- Associated Press - Tuesday, August 18, 2015

PHOENIX (AP) - Three men affiliated with an Arizona militia group were charged in federal court with trying to replicate a tactic long used by smugglers: Stealing drugs from people who have already transported them across the Mexico border.

However, it turned out that the men took drugs from an SUV that federal agents had stocked with cocaine as part of a sting operation, court records state.

Authorities said it was one of three attempted thefts prompted when an undercover FBI officer offered tips to the trio’s leader about drugs coming into the country and drug money headed to Mexico.

The stings were arranged after the leader, Parris Frazier, portrayed himself to an undercover federal agent as a mercenary who had stolen drugs and money from smugglers and expressed a willingness to kill people during such rip-offs, according to the records.

Frazier, Erik Foster and Robert Deatherage have each pleaded not guilty to a charge of conspiring to possess with intent to distribute more than five kilograms of cocaine. The case was filed on July 23.

Smugglers have long resorted to holding up rival traffickers who have already moved their drugs across the border. The dangerous tactic offers a chance at a big payoff without shouldering the risk of bringing drugs into the country.

Normally, the ploy is used exclusively by smugglers against smugglers.

“The vast majority of the rip-offs that occur in the desert are cartels ripping off cartels or people who are on the receiving end of the drugs and know the delivery is coming,” said Neville Cramer, a retired U.S. border agent who now works as a border security consultant.

Authorities provided little information about the defendants’ connections to militias.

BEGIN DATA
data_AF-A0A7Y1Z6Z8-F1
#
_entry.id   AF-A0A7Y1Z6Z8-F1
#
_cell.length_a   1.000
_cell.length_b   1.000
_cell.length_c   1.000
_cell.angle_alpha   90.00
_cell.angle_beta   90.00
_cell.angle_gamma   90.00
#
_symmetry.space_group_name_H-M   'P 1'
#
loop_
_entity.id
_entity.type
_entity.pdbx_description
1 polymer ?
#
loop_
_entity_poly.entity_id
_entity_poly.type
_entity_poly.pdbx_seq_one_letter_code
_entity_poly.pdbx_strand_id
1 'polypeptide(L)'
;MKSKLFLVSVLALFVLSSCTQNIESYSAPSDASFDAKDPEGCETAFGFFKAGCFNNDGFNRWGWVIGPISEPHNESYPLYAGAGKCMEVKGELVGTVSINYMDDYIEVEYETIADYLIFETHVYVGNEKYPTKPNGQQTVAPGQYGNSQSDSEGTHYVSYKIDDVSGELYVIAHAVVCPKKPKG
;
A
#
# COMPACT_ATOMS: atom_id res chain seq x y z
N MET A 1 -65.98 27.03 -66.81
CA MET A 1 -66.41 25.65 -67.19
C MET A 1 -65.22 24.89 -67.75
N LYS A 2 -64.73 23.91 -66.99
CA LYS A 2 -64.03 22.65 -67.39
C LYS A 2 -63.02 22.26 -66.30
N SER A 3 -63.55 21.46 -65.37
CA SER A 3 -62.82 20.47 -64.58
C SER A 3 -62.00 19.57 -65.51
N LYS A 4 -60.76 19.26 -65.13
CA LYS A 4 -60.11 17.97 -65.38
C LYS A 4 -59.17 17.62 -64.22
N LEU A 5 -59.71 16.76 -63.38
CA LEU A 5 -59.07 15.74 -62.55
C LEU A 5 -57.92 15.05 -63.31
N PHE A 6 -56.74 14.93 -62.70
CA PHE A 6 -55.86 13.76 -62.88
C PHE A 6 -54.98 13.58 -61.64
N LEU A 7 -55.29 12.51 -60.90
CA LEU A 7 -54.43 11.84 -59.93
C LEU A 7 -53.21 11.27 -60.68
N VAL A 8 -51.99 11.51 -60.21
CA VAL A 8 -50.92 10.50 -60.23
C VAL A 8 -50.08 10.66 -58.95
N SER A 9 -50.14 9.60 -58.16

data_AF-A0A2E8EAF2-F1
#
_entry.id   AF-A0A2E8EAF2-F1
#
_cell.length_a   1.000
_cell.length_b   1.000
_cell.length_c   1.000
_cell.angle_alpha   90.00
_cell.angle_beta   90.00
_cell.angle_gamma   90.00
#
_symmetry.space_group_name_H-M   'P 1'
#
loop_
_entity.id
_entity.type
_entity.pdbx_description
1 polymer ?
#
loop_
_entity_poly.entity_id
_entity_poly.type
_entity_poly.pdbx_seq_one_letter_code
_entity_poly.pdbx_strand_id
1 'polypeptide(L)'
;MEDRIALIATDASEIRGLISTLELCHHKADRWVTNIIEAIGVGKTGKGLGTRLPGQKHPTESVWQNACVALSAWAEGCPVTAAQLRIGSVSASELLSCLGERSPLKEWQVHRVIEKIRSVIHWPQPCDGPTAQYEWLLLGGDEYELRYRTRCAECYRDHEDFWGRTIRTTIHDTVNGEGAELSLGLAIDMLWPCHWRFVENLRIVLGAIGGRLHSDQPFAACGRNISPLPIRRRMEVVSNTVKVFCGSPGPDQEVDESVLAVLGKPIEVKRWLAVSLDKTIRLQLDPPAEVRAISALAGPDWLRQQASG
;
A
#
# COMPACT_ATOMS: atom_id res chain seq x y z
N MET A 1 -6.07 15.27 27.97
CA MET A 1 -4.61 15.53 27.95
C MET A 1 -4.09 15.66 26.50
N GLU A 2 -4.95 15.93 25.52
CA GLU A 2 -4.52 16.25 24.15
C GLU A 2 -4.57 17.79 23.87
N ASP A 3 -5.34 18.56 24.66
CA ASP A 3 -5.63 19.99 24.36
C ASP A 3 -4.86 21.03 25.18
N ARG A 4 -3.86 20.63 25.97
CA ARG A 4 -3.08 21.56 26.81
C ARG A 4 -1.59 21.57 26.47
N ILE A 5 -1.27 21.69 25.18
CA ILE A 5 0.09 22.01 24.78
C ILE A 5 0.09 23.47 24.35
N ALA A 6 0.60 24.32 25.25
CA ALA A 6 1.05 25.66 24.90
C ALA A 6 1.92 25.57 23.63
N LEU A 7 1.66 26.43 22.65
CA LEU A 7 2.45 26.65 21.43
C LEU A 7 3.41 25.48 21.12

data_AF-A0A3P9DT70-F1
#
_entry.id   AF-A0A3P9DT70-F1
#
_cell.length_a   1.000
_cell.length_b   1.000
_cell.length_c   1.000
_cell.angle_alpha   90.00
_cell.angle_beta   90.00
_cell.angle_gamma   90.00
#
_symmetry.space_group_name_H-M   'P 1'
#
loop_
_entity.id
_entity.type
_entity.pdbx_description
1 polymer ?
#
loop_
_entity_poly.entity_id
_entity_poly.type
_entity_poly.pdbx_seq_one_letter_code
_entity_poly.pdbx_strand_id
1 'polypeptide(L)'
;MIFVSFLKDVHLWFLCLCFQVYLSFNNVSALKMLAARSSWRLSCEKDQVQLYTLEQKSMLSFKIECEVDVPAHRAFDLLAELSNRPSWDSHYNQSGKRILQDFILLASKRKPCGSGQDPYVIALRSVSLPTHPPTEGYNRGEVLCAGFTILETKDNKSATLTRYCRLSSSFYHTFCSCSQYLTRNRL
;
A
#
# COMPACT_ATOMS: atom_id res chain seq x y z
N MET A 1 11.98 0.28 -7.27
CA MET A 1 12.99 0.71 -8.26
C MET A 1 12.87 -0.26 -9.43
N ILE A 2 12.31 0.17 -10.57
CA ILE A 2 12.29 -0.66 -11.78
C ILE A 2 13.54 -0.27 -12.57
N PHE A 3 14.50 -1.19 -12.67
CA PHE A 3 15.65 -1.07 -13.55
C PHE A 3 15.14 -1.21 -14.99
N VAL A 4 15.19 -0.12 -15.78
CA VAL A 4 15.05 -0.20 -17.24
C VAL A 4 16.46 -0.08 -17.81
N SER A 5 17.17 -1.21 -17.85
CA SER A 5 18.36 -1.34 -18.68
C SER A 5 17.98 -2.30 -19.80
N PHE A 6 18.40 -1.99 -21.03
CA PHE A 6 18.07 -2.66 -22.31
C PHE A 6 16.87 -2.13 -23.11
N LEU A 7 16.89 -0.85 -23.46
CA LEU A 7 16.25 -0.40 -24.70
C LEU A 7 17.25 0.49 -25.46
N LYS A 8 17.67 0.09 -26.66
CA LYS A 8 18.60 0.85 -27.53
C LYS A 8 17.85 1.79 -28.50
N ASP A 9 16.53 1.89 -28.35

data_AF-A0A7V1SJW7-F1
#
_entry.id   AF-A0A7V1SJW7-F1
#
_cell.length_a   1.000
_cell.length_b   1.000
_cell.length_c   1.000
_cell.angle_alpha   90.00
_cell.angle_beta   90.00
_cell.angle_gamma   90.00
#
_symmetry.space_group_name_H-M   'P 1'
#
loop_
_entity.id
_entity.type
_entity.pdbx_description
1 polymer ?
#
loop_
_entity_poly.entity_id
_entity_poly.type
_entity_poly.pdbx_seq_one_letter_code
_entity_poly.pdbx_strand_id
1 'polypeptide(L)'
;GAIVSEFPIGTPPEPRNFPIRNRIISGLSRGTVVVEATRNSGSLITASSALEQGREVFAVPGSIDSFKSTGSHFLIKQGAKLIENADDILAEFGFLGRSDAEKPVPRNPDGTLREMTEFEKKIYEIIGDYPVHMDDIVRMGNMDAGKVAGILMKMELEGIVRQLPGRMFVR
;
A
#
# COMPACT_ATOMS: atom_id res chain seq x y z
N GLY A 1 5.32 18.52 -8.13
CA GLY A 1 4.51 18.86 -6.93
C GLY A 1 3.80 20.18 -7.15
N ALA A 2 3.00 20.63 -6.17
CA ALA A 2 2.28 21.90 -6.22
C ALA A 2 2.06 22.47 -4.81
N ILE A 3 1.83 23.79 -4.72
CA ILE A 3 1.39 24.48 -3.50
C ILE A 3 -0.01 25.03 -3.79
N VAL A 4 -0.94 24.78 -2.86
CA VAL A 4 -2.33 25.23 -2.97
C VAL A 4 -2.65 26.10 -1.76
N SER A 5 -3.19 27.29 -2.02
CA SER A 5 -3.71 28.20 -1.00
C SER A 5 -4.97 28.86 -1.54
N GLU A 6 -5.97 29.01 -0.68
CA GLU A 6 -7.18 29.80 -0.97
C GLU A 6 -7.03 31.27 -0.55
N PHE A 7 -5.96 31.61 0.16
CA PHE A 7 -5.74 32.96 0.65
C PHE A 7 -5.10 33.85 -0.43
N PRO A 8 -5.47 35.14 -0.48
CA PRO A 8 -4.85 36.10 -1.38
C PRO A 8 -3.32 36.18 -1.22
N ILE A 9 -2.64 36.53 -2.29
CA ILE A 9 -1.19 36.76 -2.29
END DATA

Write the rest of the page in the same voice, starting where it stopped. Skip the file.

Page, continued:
Court records state they were affiliated with the Arizona Special Operations Group, and the investigation began in January when Frazier talked to agents from U.S. Customs and Border Protection during a traffic stop. It was unclear why he was stopped.

U.S. Magistrate Eileen Willett said in a court order earlier this month that Frazier has connections to the militia community and is anti-Muslim and anti-immigrant.

The magistrate also wrote that Foster is shown in a social media photo for Arizona Special Operations.

Cosme Lopez, a spokesman for the U.S. Attorney’s Office in Arizona, declined to provide information on the group.

In a separate case, group members had a run-in with law enforcement in 2013 in remote desert south of Phoenix. A man who described himself as a member of the group was arrested after confronting a sheriff’s deputy.

Authorities said three militia members told deputies they were looking for marijuana smugglers. One was arrested for pointing a rifle at a deputy who was apparently mistaken by a militia member as a smuggler. Two others - including Deatherage - were allowed to go free without charges.

In the latest case, investigators say Frazier claimed he wanted to help stop border crimes and expressed an interest in talking to someone whom the agents had said provided them with information in the past.

An undercover officer posing as someone who worked in drug trafficking spent the next six months talking to Frazier about rip-offs. Investigators say they staged three rip-offs of vehicles involving Frazier.

The first came in April when Frazier and an unnamed associate were told there was $8,000 in drug proceeds in a vehicle. The pair carried rifles and wore camouflage clothing, face masks and bullet-proof vests, but they were unable to find the money, court records show.

Frazier is accused of stealing $7,300 from another vehicle three weeks later based on a tip from the undercover officer.

The final sting occurred on July 22 at a Phoenix warehouse and centered on an agreement that Frazier and two other men would steal cocaine and resell it to the undercover officer, according to court records.

Once at the warehouse grounds, investigators say, Frazier stole the cocaine from a vehicle. The trio was eventually arrested at a home.

James Buesing, Frazier’s attorney, and Loyd Tate, Foster’s lawyer, didn’t return messages Monday seeking comment. John Rock, Deatherage’s attorney, declined to comment.

The three face a Nov. 3 trial.


Associated Press writer Bob Christie in Phoenix contributed to this report.

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